Yes, there are passages in the sacred scriptures of each of the Abrahamic monotheisms that, interpreted literally, can lead to hatred, cruelty and war. But Judaism, Christianity and Islam all contain interpretive traditions that in the past have read them in the larger context of coexistence, respect for difference and the pursuit of peace, and can do so today. Fundamentalism—text without context, and application without interpretation—is not faith but an aberration of faith…

We must raise a generation of young Jews, Christians, Muslims and others to know that it is not piety but sacrilege to kill in the name of the God of life, hate in the name of the God of love, wage war in the name of the God of peace, and practice cruelty in the name of the God of compassion.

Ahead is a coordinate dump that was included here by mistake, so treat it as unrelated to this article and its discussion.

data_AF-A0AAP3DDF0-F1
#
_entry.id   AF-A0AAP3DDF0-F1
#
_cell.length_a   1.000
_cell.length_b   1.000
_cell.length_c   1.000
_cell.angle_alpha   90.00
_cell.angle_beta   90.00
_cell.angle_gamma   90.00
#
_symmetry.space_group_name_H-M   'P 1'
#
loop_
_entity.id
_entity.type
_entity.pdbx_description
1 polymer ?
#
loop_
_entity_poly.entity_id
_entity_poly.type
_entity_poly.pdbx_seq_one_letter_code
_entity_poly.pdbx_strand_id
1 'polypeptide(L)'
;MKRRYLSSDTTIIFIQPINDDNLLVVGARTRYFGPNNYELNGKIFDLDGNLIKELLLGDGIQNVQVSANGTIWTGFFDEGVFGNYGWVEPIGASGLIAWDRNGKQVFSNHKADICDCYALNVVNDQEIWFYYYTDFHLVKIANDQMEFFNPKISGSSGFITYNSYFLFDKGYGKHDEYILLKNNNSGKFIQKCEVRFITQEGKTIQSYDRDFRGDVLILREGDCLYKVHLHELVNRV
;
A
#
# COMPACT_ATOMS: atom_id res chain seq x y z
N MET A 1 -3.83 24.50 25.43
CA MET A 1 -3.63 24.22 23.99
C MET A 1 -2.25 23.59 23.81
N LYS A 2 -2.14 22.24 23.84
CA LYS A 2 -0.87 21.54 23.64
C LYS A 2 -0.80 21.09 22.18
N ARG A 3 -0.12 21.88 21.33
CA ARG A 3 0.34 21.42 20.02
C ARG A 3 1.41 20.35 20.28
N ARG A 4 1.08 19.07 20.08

Now is the time for us to say what we have failed to say in the past: We are all the children of Abraham. We are precious in the sight of God. We are blessed. And to be blessed, no one has to be cursed. God’s love does not work that way. God is calling us to let go of hate and the preaching of hate, and to live at last as brothers and sisters, true to our faith and a blessing to others regardless of their faith, honoring God’s name by honoring his image, humankind.